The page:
The TCL also hosted Jodie Foster, who planted her hands and feet at the famous Chinese Theatre sidewalk, for a discussion preceding The Silence of the Lambs, which she spoke lovingly of for its importance in her career and how beautifully it all came together. She shared how she sought to direct it, and even when Orion went with Jonathan Demme, who favored Michelle Pfeiffer for the role, she flew herself to New York to lobby to be his second choice.

Lawrence of Arabia (1962)

Two 70mm presentations rounded out the festival’s last day, both in the Egyptian––a new print of Lawrence of Arabia, and a full restoration of The Searchers. Lawrence looked as beautiful as ever, those shimmering deserts reaching near-transcendence with the flicker of film, the blinding whites piercing the screen. The Searchers was almost a whole new ball game, even compared to seeing the film on 35mm. The 70mm print is staggeringly clear. It’s like seeing blue sky for the first time. That print plays again at the Egyptian through the American Cinematheque’s regular programming on Sunday, April 28, followed by screenings the next weekend at their Aero Theatre.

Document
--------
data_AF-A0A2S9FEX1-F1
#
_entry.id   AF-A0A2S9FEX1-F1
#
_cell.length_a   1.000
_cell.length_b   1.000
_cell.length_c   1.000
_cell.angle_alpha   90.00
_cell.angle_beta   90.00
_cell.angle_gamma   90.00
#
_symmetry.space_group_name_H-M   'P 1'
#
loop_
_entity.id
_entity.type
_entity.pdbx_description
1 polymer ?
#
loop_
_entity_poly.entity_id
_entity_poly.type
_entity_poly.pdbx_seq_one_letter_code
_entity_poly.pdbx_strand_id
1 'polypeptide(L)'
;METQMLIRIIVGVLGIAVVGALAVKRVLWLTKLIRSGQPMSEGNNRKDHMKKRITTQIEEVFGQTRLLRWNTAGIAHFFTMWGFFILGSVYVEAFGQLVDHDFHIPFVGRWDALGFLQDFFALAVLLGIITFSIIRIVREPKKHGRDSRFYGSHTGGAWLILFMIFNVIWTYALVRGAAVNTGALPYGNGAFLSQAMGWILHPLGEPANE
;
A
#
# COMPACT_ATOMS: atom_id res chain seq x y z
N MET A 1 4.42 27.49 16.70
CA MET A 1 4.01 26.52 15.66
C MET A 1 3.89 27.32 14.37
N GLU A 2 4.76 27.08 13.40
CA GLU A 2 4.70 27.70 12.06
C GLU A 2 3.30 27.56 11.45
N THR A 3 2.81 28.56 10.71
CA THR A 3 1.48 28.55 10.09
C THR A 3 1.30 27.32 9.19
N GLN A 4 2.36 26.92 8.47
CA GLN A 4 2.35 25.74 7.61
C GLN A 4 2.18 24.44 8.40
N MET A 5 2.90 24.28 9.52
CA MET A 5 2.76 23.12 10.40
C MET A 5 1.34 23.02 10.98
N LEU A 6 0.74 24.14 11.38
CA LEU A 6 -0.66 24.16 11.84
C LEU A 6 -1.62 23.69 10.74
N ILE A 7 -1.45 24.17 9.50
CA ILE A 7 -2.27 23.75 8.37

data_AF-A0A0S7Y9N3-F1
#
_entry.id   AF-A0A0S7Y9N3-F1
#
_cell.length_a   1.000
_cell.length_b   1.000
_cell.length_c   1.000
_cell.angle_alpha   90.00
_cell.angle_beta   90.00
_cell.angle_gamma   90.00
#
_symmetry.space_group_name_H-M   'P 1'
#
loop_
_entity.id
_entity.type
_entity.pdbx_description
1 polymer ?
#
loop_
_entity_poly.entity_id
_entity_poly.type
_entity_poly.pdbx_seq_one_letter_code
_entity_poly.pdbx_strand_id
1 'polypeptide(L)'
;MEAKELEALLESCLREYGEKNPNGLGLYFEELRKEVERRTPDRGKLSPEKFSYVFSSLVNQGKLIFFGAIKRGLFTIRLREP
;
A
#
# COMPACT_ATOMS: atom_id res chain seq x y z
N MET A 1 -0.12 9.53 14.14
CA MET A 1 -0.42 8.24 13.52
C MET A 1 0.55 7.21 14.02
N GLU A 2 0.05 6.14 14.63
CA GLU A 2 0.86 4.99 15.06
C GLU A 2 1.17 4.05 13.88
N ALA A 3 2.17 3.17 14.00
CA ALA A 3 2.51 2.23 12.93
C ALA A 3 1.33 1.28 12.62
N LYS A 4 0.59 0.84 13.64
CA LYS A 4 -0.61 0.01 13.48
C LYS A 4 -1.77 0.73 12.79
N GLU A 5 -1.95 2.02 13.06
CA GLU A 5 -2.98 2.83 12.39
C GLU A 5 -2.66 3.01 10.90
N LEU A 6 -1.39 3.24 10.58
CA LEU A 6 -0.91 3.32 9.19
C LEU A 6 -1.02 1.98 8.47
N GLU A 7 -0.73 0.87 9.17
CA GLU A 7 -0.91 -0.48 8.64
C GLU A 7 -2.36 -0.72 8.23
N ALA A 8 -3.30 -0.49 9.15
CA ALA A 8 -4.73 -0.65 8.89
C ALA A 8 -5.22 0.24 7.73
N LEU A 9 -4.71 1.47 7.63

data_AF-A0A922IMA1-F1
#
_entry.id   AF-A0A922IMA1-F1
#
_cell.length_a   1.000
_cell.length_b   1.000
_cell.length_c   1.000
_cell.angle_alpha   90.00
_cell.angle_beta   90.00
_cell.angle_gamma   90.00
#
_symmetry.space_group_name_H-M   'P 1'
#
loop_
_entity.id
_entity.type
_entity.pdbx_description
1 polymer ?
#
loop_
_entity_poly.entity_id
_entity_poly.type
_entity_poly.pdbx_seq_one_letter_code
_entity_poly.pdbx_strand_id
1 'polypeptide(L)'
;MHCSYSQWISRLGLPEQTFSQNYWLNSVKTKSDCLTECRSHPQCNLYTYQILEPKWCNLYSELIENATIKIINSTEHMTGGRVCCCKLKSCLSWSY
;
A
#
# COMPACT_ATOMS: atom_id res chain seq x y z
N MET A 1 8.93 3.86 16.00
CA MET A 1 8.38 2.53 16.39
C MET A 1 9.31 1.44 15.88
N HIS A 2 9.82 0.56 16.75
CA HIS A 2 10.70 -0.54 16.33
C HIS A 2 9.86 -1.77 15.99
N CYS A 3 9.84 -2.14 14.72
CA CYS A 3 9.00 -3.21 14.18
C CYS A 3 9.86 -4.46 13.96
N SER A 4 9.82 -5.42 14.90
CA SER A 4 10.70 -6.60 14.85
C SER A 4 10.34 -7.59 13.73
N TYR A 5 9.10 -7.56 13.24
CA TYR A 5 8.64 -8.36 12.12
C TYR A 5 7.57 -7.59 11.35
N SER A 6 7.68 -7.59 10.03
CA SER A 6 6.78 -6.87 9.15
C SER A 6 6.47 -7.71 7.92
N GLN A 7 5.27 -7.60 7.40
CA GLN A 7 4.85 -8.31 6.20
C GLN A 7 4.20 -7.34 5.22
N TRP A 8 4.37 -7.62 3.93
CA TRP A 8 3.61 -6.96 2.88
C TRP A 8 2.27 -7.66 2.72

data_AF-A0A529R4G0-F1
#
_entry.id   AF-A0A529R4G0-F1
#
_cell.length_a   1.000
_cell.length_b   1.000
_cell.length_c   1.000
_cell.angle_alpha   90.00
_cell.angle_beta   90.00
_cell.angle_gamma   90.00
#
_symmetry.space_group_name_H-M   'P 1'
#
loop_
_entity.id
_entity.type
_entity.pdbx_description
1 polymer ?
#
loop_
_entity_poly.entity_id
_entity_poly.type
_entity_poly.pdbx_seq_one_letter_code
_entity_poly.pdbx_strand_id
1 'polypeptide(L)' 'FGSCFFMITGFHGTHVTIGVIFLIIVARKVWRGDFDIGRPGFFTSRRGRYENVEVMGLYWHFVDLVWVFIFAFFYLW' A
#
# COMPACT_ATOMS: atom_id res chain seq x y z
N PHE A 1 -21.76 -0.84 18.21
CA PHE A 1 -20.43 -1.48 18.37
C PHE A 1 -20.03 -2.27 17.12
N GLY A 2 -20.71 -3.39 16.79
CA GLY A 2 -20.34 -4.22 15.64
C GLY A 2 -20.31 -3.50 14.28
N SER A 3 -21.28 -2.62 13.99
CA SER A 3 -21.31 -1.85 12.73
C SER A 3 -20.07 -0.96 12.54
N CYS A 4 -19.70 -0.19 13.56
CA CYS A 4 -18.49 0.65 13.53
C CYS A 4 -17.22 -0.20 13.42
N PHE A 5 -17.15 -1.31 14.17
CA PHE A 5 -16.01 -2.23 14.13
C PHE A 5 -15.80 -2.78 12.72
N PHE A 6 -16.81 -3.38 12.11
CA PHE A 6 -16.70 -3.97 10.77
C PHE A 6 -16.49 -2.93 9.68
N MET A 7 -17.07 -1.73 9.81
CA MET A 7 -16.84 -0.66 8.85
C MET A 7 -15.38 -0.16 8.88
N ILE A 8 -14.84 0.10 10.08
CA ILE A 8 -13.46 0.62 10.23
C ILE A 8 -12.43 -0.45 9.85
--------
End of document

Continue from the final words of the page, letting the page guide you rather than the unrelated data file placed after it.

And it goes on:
Beyond rare formats, rarer films were also present. Some have never been released on DVD, like Only Yesterday, Queen of the Mob, or the one I took in, the 1984 Canadian aerobic dance sports film Heavenly Bodies, which played as part of their midnight programming and was the weekend’s great discovery. Lead by a magnetic, energetic, heartfelt performance by Cynthia Dale and composed largely of dance sequences, the film was fundamentally thrilling in a way more measured films can only dream of being.

When the fire alarm did eventually sound, it was thankfully down the block from the Egyptian, at the TCL multiplex where TCM claims three screens. It was nearly 10 p.m.; I was in the middle of George Sidney’s lovely Summer Stock, and needed a break for some caffeinated beverage. TCM Fest is nothing if not a marathon of legendary, forgotten, strange, altogether thrilling cinema, and this was the best line-up I’ve had at the festival in years. This was their fifteenth edition; I can hardly wait for the next fifteen.